How is P2P Faring at Banks and Credit Unions?

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Person To Person Banking

Source: web

It’s been an interesting evolvement – especially for those on the outside looking in. The quandary for banks and credit unions, for at least a decade, has been how to make the transition from the traditional bank branch to first, online banking and now, mobile banking. What many might not had expected, at least this soon, was mobile peer to peer banking services. Going online and then mobile has proven to be an easier feat than making their respective customers aware of their P2P options. A new report on the nation’s banks reveal that just 7 percent of online consumers have incorporated P2P banking in the past month. There’s a lot of unchartered territory. Here’s the latest in banking technology and what we can expect in the coming months.

The P2P Movement

Part of the effort in getting a big movement pushing forward is providing real-life examples of how consumers can benefit. PayPal did it well with this clever seed planted in the minds of millions: Instantly cover your cost of dinner with a fast P2P transfer to the one who’s putting it on his credit card.

Suddenly, college friends and best friends were able to make the waiter’s life easier by paying the restaurant with one credit card transaction and while the waiter was settling the balance, all of the friends who attended were able to move their share of the tab to whichever friend who’d handed over the credit card to the waiter. P2P – or person to person – was a brilliant idea. The challenge, it appears, was making sure the general public understood that it’s not limited to just the online payment providers like PayPal, but that their local community bank offered it as well.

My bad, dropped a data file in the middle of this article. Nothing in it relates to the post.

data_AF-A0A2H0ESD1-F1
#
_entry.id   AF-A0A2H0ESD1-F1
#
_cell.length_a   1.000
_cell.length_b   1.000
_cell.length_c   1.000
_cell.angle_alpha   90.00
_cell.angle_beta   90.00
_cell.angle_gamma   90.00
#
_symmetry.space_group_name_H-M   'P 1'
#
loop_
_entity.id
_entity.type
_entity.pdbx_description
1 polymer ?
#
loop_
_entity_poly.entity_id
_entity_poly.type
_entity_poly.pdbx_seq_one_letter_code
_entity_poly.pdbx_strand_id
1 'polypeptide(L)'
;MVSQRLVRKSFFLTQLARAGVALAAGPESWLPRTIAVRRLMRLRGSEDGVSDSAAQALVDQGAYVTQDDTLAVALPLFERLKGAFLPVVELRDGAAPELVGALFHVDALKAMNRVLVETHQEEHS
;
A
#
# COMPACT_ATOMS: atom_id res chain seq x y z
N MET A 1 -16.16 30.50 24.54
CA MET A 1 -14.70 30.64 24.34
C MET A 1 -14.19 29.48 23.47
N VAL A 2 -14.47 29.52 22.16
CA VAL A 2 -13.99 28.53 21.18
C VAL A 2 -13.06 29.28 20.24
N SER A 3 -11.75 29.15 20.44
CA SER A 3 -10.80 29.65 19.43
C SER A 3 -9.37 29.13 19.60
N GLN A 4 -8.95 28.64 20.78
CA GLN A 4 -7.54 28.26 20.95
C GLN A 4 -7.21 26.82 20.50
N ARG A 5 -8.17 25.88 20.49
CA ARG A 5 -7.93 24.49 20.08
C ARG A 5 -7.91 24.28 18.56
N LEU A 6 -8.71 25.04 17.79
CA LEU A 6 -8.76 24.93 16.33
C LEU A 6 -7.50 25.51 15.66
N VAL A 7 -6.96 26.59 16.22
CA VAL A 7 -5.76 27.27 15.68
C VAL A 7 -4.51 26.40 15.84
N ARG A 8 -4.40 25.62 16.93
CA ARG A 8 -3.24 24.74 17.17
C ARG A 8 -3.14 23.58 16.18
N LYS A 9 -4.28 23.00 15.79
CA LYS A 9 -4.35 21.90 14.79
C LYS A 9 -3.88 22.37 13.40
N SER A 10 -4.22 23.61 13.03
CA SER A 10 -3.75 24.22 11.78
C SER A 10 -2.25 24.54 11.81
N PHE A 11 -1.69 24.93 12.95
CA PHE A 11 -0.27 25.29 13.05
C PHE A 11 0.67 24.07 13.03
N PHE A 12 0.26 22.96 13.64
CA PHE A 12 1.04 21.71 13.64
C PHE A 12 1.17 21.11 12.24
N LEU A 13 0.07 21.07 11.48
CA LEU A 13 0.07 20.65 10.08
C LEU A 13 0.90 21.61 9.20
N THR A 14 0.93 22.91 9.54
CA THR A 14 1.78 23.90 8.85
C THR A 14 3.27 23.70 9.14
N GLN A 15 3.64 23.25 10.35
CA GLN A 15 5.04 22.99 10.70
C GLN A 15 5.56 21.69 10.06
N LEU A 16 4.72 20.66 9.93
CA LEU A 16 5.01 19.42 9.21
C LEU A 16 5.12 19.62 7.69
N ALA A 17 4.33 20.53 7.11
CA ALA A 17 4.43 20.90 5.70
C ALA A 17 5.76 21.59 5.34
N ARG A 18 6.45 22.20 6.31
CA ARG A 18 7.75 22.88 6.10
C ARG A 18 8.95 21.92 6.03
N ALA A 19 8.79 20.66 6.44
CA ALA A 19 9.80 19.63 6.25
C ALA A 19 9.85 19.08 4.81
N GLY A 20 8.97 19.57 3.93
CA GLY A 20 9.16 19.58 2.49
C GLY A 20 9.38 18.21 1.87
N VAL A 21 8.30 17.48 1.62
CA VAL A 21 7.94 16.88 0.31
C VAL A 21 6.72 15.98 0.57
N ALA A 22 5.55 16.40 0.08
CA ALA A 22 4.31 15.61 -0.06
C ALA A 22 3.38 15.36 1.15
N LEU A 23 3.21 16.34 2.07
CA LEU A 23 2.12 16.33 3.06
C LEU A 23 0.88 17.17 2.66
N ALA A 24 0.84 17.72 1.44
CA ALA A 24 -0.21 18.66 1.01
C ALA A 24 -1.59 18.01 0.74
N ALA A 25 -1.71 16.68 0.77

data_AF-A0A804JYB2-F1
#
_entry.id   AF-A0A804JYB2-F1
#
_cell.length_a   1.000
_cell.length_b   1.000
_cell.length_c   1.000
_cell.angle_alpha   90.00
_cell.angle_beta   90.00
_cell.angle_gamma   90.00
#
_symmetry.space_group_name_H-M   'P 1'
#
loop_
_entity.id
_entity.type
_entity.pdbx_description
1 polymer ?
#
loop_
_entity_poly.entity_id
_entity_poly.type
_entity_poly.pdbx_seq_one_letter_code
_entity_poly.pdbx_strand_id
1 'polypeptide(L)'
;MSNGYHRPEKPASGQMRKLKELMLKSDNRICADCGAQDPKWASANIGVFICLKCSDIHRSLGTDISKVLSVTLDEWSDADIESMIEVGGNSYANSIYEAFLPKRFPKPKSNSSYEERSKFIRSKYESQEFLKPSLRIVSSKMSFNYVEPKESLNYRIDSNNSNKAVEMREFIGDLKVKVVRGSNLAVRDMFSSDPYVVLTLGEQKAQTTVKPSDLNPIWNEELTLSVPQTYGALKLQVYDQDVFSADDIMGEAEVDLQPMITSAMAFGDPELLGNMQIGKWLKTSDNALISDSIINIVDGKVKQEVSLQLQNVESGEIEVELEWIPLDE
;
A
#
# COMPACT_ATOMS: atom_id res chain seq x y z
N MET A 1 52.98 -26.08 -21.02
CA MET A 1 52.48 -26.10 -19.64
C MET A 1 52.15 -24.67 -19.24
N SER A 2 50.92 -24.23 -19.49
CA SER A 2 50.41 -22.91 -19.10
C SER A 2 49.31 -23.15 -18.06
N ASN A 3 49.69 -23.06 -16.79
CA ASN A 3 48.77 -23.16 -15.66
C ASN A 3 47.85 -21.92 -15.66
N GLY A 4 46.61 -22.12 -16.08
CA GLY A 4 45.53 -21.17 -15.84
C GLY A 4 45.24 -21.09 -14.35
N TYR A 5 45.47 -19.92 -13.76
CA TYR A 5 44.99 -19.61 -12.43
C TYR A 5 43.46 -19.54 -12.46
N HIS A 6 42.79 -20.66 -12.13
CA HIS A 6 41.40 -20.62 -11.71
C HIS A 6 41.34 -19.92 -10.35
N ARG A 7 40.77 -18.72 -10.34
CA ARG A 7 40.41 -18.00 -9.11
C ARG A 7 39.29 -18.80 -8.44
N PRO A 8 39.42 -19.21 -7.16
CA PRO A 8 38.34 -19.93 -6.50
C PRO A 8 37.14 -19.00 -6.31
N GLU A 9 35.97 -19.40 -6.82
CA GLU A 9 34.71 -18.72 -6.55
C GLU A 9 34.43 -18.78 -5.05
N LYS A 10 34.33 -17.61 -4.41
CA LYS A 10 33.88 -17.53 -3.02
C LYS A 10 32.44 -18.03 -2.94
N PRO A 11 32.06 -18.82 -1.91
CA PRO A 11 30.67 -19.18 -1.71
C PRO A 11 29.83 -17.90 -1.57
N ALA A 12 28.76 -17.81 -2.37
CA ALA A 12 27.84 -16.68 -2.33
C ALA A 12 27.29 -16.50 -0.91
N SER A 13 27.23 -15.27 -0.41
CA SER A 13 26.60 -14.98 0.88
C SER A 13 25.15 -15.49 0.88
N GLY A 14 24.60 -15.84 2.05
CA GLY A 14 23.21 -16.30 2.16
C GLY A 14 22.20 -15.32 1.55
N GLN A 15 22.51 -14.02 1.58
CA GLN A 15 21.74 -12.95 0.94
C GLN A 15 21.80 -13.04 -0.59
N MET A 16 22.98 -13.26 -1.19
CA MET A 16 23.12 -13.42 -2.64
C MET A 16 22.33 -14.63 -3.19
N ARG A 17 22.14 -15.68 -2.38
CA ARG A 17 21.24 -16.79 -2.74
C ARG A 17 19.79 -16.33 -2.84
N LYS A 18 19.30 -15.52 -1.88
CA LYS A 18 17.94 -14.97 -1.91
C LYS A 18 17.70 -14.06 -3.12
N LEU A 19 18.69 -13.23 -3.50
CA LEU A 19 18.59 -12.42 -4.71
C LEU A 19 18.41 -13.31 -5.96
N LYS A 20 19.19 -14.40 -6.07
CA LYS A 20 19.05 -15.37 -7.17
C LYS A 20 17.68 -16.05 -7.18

It’s puzzling, really, especially since most banks don’t tack on any fees for this convenience. Even smaller credit unions and banks are in on the opportunity, albeit some are limited to P2P via their websites and haven’t yet developed a smartphone app. Younger consumers, naturally, are the ones who are evolving and embracing the new conveniences, but still, just 10 percent are incorporating it.